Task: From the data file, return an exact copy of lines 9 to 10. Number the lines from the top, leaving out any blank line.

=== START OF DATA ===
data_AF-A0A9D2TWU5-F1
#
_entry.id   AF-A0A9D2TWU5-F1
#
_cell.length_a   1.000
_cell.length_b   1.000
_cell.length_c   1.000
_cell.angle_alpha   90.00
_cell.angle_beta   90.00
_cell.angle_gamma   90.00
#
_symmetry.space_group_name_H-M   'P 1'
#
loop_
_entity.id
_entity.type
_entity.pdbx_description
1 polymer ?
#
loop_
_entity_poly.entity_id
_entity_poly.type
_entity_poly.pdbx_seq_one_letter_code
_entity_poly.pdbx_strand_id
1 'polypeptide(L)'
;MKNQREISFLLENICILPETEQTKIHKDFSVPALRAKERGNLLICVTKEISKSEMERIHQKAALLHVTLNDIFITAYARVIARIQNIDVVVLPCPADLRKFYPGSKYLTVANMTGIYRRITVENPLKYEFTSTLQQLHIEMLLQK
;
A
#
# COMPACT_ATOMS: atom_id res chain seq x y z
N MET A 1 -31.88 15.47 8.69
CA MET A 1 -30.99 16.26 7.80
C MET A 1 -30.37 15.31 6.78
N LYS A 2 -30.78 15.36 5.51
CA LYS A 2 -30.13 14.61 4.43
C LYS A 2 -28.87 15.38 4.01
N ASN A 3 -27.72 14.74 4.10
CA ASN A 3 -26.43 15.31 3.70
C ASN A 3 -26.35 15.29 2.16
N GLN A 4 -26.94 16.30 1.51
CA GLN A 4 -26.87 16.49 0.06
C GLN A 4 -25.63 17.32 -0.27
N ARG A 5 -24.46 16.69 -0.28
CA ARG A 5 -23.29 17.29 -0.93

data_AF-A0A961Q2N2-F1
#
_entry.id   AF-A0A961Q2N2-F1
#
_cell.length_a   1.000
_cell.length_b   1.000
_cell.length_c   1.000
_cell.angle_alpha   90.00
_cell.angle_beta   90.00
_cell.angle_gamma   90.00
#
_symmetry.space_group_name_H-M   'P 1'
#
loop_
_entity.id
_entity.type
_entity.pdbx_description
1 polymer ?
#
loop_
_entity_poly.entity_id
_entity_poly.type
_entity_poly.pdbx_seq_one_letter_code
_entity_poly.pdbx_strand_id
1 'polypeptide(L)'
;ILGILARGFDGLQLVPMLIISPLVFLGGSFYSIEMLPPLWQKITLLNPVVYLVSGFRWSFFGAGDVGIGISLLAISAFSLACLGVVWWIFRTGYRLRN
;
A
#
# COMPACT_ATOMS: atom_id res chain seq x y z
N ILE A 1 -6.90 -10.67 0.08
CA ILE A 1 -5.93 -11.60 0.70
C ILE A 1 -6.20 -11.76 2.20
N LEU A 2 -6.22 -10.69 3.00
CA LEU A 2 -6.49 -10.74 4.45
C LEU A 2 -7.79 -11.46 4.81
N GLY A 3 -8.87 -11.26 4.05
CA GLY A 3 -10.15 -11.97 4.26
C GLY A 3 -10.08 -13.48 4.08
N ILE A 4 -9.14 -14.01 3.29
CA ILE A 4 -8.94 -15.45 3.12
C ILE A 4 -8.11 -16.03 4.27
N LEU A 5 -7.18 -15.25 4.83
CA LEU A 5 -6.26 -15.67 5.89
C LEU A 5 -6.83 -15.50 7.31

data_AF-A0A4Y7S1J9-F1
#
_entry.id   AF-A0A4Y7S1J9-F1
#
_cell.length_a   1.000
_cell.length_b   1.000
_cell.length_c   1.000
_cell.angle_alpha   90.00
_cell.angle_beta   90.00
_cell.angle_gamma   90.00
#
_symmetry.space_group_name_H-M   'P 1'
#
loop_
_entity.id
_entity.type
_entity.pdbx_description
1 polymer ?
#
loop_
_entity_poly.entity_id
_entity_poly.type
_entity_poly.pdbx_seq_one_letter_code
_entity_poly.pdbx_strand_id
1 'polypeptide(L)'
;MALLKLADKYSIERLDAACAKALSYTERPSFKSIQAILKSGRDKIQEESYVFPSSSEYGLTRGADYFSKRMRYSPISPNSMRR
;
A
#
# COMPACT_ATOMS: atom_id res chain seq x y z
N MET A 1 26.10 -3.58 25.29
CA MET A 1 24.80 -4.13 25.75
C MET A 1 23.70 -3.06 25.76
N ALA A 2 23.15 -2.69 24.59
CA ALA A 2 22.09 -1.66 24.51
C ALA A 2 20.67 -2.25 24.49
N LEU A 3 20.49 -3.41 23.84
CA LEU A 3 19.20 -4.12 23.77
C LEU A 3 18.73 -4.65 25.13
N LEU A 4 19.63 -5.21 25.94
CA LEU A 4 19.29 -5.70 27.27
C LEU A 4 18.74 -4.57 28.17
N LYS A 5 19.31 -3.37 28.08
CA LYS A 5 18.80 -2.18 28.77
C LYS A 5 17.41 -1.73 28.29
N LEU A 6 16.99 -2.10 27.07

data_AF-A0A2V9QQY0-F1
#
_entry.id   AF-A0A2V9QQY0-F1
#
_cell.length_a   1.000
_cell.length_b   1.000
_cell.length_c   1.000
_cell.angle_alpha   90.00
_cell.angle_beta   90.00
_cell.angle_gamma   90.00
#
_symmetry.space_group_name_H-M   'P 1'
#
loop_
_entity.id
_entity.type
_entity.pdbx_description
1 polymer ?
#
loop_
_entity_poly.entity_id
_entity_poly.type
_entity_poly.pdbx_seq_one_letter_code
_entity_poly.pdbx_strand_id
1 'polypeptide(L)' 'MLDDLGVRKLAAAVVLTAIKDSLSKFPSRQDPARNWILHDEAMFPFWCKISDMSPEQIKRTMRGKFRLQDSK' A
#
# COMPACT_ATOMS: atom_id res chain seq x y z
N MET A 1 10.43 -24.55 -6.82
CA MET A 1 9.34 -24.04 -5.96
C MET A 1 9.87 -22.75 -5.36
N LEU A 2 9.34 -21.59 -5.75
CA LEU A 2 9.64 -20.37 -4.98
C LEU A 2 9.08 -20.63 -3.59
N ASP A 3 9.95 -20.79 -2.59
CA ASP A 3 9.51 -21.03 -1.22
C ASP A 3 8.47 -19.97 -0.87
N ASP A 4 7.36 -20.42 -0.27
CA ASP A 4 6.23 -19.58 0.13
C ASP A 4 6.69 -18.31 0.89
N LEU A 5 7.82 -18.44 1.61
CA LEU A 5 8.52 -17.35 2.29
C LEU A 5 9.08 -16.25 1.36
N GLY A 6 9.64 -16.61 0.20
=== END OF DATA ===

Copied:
_cell.angle_beta   90.00
_cell.angle_gamma   90.00